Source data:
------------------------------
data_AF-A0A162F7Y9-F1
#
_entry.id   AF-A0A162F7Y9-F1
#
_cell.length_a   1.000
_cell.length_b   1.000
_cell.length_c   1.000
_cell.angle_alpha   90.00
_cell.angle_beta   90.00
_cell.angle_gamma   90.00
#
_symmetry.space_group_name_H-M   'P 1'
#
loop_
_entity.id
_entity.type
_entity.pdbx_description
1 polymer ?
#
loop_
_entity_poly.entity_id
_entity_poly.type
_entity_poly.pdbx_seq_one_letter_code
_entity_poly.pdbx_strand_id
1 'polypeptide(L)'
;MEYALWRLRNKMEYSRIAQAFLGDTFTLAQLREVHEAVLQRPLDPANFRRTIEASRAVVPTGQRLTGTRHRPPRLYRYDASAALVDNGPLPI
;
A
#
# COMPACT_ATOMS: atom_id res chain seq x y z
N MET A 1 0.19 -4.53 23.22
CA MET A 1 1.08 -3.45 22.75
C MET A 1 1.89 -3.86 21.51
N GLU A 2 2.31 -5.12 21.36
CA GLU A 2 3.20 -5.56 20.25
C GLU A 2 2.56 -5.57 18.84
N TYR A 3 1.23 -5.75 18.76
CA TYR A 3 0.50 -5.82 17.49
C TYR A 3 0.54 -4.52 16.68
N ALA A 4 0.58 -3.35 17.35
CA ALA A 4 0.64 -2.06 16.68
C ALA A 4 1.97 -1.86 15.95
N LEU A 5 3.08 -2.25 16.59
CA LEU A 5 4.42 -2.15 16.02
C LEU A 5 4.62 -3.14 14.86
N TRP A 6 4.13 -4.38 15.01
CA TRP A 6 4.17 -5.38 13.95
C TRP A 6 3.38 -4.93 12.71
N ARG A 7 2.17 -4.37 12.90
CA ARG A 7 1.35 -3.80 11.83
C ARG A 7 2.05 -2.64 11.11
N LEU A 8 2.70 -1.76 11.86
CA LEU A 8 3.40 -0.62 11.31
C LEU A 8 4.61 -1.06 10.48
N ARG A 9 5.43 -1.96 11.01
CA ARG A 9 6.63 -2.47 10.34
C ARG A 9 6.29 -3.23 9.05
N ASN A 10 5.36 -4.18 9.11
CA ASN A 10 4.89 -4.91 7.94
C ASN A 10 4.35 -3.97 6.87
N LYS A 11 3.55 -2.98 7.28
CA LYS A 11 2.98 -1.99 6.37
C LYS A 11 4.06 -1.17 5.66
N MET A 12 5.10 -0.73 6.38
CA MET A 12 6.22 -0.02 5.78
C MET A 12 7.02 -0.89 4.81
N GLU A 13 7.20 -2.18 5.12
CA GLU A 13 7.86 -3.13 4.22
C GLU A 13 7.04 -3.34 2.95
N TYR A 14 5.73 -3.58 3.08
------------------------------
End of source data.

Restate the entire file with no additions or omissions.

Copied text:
data_AF-A0A162F7Y9-F1
#
_entry.id   AF-A0A162F7Y9-F1
#
_cell.length_a   1.000
_cell.length_b   1.000
_cell.length_c   1.000
_cell.angle_alpha   90.00
_cell.angle_beta   90.00
_cell.angle_gamma   90.00
#
_symmetry.space_group_name_H-M   'P 1'
#
loop_
_entity.id
_entity.type
_entity.pdbx_description
1 polymer ?
#
loop_
_entity_poly.entity_id
_entity_poly.type
_entity_poly.pdbx_seq_one_letter_code
_entity_poly.pdbx_strand_id
1 'polypeptide(L)'
;MEYALWRLRNKMEYSRIAQAFLGDTFTLAQLREVHEAVLQRPLDPANFRRTIEASRAVVPTGQRLTGTRHRPPRLYRYDASAALVDNGPLPI
;
A
#
# COMPACT_ATOMS: atom_id res chain seq x y z
N MET A 1 0.19 -4.53 23.22
CA MET A 1 1.08 -3.45 22.75
C MET A 1 1.89 -3.86 21.51
N GLU A 2 2.31 -5.12 21.36
CA GLU A 2 3.20 -5.56 20.25
C GLU A 2 2.56 -5.57 18.84
N TYR A 3 1.23 -5.75 18.76
CA TYR A 3 0.50 -5.82 17.49
C TYR A 3 0.54 -4.52 16.68
N ALA A 4 0.58 -3.35 17.35
CA ALA A 4 0.64 -2.06 16.68
C ALA A 4 1.97 -1.86 15.95
N LEU A 5 3.08 -2.25 16.59
CA LEU A 5 4.42 -2.15 16.02
C LEU A 5 4.62 -3.14 14.86
N TRP A 6 4.13 -4.38 15.01
CA TRP A 6 4.17 -5.38 13.95
C TRP A 6 3.38 -4.93 12.71
N ARG A 7 2.17 -4.37 12.90
CA ARG A 7 1.35 -3.80 11.83
C ARG A 7 2.05 -2.64 11.11
N LEU A 8 2.70 -1.76 11.86
CA LEU A 8 3.40 -0.62 11.31
C LEU A 8 4.61 -1.06 10.48
N ARG A 9 5.43 -1.96 11.01
CA ARG A 9 6.63 -2.47 10.34
C ARG A 9 6.29 -3.23 9.05
N ASN A 10 5.36 -4.18 9.11
CA ASN A 10 4.89 -4.91 7.94
C ASN A 10 4.35 -3.97 6.87
N LYS A 11 3.55 -2.98 7.28
CA LYS A 11 2.98 -1.99 6.37
C LYS A 11 4.06 -1.17 5.66
N MET A 12 5.10 -0.73 6.38
CA MET A 12 6.22 -0.02 5.78
C MET A 12 7.02 -0.89 4.81
N GLU A 13 7.20 -2.18 5.12
CA GLU A 13 7.86 -3.13 4.22
C GLU A 13 7.04 -3.34 2.95
N TYR A 14 5.73 -3.58 3.08